Maybe Sylvia did tell Ted everything but “the fairy tale” (which Ted does not name): she certainly began at that time to question their closeness and to keep some things from him (cf. SPJ 26 Dec. 1958). Most likely, however, she did not know which fairy tale they were in. Only in retrospect (perhaps only as he wrote this poem), can Ted have seen the pattern of their lives and seen how strangely the imagery of Rapunzel fits this pattern. Rapunzel, like his “Princess” and (metaphorically) like Sylvia, was trapped in a high tower with a “solitary window”. Nightly, she let her long hair “right down to the ground” so that the witch9 who kept her there, and later the Prince, could climb up to her. The Prince, when he was eventually discovered by the witch, threw himself from the window, was blinded by thorns, and spent many years wandering blindly in the woods lamenting the loss of his beloved.

But Sylvia did have another, private, fairy story. She, too, was blindly searching the woods for her lost beloved – her father - believing that to “recover” him (‘Daddy’, SPCP 222) would help her to find her Self. He was Sylvia’s Colossus and her “bullman… /King” (‘Poem for a Birthday’, SPCP 134). But this, too, was a “fairy tale”: a distraction from the true Way to enlightenment.

In ‘The Bird’, Ted’s linking of the fairy tale with his and Sylvia’s exactly parallel journeys, and with his own sleep-walking in Sylvia’s dream, suggests the dream-like nature of the pattern which held them. An Alchemist, Cabbalist or NeoPlatonist would recognize this as the dream in which all unenlightened mortals live, seeing only shadows on the cave wall; but the throb of energy in the Mercurial gecko and Sylvia’s contact with “the ground” on this Path which is identified by the numbers 11 and 12, would suggest a readiness for change. And the word “wake” in line 17 of the poem presages such a change in Sylvia.

What happens, in an Alchemist’s terms, is a process called ‘Congelation’, in which the Spirit “which dreadeth not fire10 flies up from the Salt Body (the ‘sal’ of ‘salamander’), its “matter is made perfectly white”, and it then congeals again in the flask in malleable or meltable form, like wax or snow. In ‘The Bird’, the whiteness of the “ice-caked ship”, the “lacy crystals”, the salt from which the ship is lifted and the salt-tears which “clogged” Sylvia’s “eyelashes”, all suggest this Congelation. So, too, does the “charred” apartment block which is left by the “flame-race upwards” (just as a blackened residue is left in the bottom of the Alchemist’s flask), and the congealed “frozen suds” left “like a solid Niagra” when the process ends. The “weltering blood” which follows in Ted’s poem is also part of the Congelation, where Spirit is recombined with Body (earth) in a bloody menstruum ready to be ‘Dissolved and Coagulated’ by fire, again and again, until it is pure. Coagulation is one form of rebirth but it is not the end of the journey.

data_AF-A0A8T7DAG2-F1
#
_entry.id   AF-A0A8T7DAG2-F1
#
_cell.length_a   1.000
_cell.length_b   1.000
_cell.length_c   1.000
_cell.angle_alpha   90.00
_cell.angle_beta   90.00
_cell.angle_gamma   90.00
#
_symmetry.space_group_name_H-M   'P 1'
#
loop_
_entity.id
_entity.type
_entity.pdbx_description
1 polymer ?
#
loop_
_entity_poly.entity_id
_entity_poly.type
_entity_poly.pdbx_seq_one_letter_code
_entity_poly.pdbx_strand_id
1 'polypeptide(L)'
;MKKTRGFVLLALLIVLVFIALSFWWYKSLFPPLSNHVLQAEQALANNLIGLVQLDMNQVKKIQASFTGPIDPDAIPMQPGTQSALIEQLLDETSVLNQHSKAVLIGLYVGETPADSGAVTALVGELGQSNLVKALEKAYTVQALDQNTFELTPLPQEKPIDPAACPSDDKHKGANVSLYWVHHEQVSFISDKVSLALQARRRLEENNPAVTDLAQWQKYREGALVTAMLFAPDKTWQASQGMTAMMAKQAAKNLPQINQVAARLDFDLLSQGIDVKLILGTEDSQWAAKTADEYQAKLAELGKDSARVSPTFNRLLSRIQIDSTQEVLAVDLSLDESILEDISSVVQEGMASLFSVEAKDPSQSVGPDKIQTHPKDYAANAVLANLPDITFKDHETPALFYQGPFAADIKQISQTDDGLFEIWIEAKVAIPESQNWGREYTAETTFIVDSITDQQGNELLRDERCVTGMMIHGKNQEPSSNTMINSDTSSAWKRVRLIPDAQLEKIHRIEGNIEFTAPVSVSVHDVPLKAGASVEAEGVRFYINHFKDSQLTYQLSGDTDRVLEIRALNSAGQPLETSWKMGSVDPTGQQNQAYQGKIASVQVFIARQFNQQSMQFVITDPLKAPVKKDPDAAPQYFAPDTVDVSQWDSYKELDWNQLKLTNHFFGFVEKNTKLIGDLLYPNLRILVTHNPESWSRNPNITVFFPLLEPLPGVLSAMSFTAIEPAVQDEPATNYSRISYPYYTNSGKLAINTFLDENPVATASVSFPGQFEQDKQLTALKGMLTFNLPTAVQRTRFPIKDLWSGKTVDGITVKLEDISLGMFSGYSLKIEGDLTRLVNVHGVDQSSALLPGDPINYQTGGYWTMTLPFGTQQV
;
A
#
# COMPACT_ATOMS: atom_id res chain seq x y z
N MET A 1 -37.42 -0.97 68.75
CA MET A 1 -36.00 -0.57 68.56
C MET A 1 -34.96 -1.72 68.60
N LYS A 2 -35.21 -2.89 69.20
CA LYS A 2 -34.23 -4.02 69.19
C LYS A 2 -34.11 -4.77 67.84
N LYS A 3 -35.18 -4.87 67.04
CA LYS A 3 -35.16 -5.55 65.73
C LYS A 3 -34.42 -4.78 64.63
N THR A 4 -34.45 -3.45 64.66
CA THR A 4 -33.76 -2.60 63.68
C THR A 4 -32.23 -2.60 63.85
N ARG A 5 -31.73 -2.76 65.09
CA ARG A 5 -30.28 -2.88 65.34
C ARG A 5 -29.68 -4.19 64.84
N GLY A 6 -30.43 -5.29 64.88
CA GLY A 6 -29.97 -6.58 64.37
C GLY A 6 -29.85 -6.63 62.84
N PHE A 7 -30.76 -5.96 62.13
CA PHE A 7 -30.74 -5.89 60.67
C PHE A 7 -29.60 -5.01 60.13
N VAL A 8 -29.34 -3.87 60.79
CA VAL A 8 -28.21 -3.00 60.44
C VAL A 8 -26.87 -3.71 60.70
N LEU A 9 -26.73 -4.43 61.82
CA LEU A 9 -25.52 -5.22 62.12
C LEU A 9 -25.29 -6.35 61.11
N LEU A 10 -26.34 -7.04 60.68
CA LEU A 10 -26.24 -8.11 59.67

In spite of these alchemical parallels, ‘The Bird’ is not an abstract alchemy. The materials with which Ted was working when he wrote the poem were distillations of Sylvia’s own creative spirit – her journals and, in particular, the poems and stories which she wrote when they were living in Boston. Sylvia’s poem, ‘A Winter Ship’ (SPCP 112 - 113) describes nothing as delicate and fantastic as the “wedding vessel” in ‘The Bird’, but both poems echo the bleakness of parts of Coleridge’s The Ancient Mariner. Sylvia’s ship is skeletal, “iceribbed”, an “albatross of frost” in a “glassy pellicle”, and the whole poem is coldly full of decay and death which reflect her feelings of frozen energy and her depression. Yet it is a good poem, anchored in “the world with no glazing” just as Sylvia determined her writing should be. ‘Aftermath’ (SPCP 113 - 114), which was inspired by the house fire which Sylvia described in her journal (28 March 1958), is less earthed, but with its conjuring of Medea, the sorceress who had power over fire-breathing bulls, it, too, is an expression of Sylvia’s struggle for new energy; for “incident”; for “carnage” even; and of the frustration she felt and which is expressed in Ted’s poem by the dark screen and Sylvia’s soundless howl.

“What glowed into focus” (as Ted puts it), through Sylvia’s determination and persistence in the midst of all this turmoil, was her story, ‘The Fifteen-Dollar Eagle’ (JPBD 59 - 73)11, which Ted collected amongst the “more successful stories” in Johnny Panic and the Bible of Dreams.